This year the fires came early. I was in the Montana wilderness, gulping glacier water and tracking grizzly bears, when the bluest sky morphed into a weary haze. A thick stink of smoke followed, and my little home, 65 square feet of aluminium on wheels, failed as my shell. The nearest clean air was on the Olympic Peninsula, a thousand miles away off the coast of Washington. And so I drove all day and night, through bloody milk fermenting above Missoula — where vacationing anglers still stubbornly cast their lines, past Idaho forests made ghoulish by wispy orange fingers, over jagged Cascade mountaintops disappearing into a smudge. Safely sealed within my car, I chain-smoked the entire ride.
Once on the Peninsula, home to the largest rainforest in the lower US, I finally breathed. The next morning, strolling into a valley of giant cedars, I was shocked to discover that their soft crimson fur had become worn and brittle, like old paper. Then I glanced down at the understory, which had just weathered a hundred degrees of something alien called a ‘heat dome’, and saw the mosses were dry. Here — the wettest area in the lower US — was a tinderbox, and my bare feet no longer sank in, but cracked the desiccated forest floor.
I can’t make sense of the death of the world. I won’t call it change; I won’t call it a geological epoch; I won’t apply evolutionary logic to the presence of living decay.
Something happened to me out there. I’d been focused all year on recovering from yet another devastating autoimmune flare and its attendant thoughts of suicide, but I could no longer keep my focus inside. I understood, at that juncture, two truths: one, that my body was too porous to be mine; two, that the world I loved and who loved me was no longer, would never be again, and that the future was not a ways off, but now, everywhere.
I can’t make sense of the death of the world. I won’t call it change; I won’t call it a geological epoch; I won’t apply evolutionary logic to the presence of living decay. The world I loved was made of glacier melt and spongy mosses, of loons and cottonwood arms, of wet spiderwebs and tender saguaros hiding shyly behind swirls of spikes. That world is not just dying: it is going to die, and soon. I am completely lost.
Meanwhile, the machines swallow — the land, yes, but the land in us too. They coagulate the porous places where our bodies meet other minds, trapping us inside when outside is too thick with haze to see into. That we would digitise the capacity for connection alongside that love retreating from the parched world is not accidental, but orchestrated, maybe nefariously so. Though a two-dimensional glare will, blessedly, extinguish the three-dimensional coals simmering inside its casing, the same machinery through which we flee the world burns the places to which we run.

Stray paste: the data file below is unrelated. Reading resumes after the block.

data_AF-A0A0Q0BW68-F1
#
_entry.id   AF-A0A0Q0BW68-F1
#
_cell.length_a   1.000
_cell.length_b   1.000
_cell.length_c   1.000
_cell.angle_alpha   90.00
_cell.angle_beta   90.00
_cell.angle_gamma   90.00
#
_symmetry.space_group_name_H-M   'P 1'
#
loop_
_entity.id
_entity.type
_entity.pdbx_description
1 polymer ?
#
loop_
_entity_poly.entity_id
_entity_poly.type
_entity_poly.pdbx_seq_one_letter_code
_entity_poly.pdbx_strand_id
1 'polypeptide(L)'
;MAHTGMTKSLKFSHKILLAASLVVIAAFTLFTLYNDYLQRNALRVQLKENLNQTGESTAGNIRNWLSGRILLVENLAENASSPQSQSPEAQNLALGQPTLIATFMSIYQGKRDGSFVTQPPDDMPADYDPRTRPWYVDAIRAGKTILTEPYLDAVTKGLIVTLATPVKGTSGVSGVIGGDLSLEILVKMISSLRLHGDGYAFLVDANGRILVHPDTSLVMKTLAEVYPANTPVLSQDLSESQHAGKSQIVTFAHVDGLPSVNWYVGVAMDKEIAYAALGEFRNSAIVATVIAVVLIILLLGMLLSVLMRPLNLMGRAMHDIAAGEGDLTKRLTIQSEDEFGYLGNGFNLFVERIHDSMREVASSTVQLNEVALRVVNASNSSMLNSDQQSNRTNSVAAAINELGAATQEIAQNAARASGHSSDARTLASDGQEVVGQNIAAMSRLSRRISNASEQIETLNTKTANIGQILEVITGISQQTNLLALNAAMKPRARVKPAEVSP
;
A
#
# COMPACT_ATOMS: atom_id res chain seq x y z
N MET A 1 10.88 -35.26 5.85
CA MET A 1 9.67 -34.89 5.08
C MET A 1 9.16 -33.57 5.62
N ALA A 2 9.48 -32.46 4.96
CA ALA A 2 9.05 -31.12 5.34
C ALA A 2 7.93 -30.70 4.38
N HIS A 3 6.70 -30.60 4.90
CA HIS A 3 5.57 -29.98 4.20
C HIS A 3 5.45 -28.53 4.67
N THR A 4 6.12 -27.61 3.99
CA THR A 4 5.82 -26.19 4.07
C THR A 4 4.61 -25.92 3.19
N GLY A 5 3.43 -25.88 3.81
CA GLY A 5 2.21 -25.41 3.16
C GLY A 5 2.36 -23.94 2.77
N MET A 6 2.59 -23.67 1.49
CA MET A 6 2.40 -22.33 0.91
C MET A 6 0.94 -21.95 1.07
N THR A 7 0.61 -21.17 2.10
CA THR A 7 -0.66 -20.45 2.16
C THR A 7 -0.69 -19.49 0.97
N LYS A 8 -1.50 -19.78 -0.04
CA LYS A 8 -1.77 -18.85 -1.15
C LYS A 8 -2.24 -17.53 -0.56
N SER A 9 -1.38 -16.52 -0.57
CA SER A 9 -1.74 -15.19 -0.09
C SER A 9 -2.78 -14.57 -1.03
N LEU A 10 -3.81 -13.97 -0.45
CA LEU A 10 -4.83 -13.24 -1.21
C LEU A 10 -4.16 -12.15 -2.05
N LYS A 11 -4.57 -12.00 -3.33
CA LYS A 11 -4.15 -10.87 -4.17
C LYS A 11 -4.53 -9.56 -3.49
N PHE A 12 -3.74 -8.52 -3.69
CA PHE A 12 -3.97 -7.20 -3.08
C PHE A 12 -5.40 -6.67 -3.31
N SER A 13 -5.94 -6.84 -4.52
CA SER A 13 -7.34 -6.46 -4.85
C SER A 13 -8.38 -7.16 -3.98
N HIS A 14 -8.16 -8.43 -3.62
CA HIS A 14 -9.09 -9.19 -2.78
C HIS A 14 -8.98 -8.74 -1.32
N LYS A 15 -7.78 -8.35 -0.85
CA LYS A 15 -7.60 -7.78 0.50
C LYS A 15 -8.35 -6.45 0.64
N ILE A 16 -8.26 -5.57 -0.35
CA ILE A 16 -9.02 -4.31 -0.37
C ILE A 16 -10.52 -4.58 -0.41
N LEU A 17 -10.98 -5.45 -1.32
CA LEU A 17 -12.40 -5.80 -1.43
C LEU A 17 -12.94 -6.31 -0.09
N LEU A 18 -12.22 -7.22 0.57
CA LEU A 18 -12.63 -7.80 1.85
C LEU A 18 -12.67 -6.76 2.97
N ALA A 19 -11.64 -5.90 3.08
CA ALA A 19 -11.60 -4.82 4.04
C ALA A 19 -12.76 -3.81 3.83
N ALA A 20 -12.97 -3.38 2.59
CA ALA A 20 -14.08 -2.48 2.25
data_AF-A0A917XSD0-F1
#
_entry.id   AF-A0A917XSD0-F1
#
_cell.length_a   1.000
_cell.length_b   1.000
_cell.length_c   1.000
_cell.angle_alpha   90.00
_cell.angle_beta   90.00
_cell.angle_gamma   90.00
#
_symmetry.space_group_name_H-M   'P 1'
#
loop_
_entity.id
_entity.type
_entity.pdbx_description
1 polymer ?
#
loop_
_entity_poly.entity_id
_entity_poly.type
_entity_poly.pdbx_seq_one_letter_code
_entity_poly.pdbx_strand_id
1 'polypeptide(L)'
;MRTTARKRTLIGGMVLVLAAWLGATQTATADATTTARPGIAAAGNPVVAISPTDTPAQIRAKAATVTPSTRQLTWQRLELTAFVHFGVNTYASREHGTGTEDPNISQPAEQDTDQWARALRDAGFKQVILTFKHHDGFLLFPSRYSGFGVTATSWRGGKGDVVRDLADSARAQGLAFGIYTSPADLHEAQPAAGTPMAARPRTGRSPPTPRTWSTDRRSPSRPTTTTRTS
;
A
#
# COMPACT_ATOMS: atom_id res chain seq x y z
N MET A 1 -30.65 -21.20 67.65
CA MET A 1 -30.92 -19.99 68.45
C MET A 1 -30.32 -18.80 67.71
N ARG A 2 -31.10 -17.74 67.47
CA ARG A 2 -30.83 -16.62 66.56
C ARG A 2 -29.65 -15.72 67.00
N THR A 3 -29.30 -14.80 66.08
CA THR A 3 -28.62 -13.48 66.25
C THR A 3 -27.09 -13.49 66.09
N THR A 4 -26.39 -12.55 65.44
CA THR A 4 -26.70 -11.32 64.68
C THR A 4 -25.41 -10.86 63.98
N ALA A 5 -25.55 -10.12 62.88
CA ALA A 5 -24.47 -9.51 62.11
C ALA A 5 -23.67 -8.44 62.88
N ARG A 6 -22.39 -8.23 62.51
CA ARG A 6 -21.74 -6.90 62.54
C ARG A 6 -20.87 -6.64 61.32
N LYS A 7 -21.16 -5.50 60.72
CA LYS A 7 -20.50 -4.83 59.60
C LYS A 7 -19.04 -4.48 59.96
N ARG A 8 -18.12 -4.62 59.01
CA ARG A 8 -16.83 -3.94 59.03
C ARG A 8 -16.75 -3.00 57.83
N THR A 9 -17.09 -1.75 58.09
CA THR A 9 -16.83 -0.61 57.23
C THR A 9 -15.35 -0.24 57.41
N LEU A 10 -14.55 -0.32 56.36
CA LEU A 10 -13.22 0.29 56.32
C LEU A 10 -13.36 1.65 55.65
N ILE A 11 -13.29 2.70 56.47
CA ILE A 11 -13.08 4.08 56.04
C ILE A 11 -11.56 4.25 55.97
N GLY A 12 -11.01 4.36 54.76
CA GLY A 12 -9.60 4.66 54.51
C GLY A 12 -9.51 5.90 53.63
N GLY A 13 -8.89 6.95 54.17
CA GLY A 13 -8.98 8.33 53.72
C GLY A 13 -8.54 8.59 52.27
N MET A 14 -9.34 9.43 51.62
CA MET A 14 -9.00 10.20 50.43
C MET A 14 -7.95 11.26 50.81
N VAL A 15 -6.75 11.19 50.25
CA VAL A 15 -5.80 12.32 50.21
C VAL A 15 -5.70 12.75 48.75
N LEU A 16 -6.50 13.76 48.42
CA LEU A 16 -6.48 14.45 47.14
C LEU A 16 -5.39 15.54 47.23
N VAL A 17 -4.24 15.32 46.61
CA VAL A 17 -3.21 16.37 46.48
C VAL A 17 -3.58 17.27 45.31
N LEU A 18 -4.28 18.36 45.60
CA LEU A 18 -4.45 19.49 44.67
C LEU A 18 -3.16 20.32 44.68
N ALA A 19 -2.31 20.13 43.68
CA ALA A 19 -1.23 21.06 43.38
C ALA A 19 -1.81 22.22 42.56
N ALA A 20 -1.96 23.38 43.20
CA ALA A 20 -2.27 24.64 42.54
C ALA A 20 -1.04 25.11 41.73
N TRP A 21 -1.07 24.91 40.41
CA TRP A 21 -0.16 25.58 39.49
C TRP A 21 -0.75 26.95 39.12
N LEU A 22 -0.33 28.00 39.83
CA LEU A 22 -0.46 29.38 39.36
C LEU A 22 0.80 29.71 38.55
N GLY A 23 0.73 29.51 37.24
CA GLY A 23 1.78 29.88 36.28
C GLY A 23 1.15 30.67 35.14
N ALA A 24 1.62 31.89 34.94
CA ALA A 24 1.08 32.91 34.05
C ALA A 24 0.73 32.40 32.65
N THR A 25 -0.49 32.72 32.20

Once the smoke finally cleared, I headed from the coast back into the interior. Across a thousand miles of hot flats and canyons, my dehydrated thoughts wandered aimlessly. I’d grown tired, so tired of childishness that even the shining sun felt oppressive. I wanted thumping rain.
Suddenly, on the horizon, soaring Rocky Mountains crept into view. Up there in their council of peaks, I saw the earth and sky gods still gathering in clouds to trade on precious elements, and I felt wet with remembering.
I remembered sage Lao Tzu, thousands of years ago in the Chinese kingdom, so withered by civilised life that he retreated once and for all into the wilderness. On his way out, the city’s gatekeeper asked him to record his knowledge, and the result, 81 passages known as the Tao Te Ching, is a perennial wisdom. What did the elder know? Water: how water bends around the hardened, how water fills the empty vessel, how water never dies.
All streams flow to the sea
because it is lower than they are.
Humility gives it its power.
When the world is on fire, use water.
Should the trend hold, this spring the Western US will hold water again. It will thus be a year of forgetting. The cows will merrily graze the desert creosote bushes, thirsty almond trees will flower. Vitally, the machines will stay on.
But we can’t go on like this.
My pain is like this dam, a barrier siphoning fantasy from reality, a halting of natural flows that draws my attention to places of division.
The cold quench of October has arrived, and I am camped at a reservoir in southern Colorado. To the east, the Dolores River (now a creek) slowly trickles in; to the west, beyond the concrete dam, she’s reduced to disjoining puddles. On this moonlit evening, I am on the shore staring catatonically into the mass of liminal water. My pain is like this dam, a barrier siphoning fantasy from reality, a halting of natural flows that draws my attention to places of division.
So I do what I always do when the currents fail: I carve wood, that I might aim these repetitive cuts towards something lasting. Carefully, patiently, a spoon finds its way out of the block, covered in dust. As I dip it beneath the water’s surface, the moon glows in the bowl’s baptised face, revealing all at once the shape of the wood’s immanent grain: wavy and curving.
For the road I once called yearning circles back to memory. Yes, the future came faster than forecast, but it’s been seen before. In the vision, there is no engineering solution, no dimming the fire-breathing sun. There is only the land, and us, and an empty vessel. A stream still flows nearby.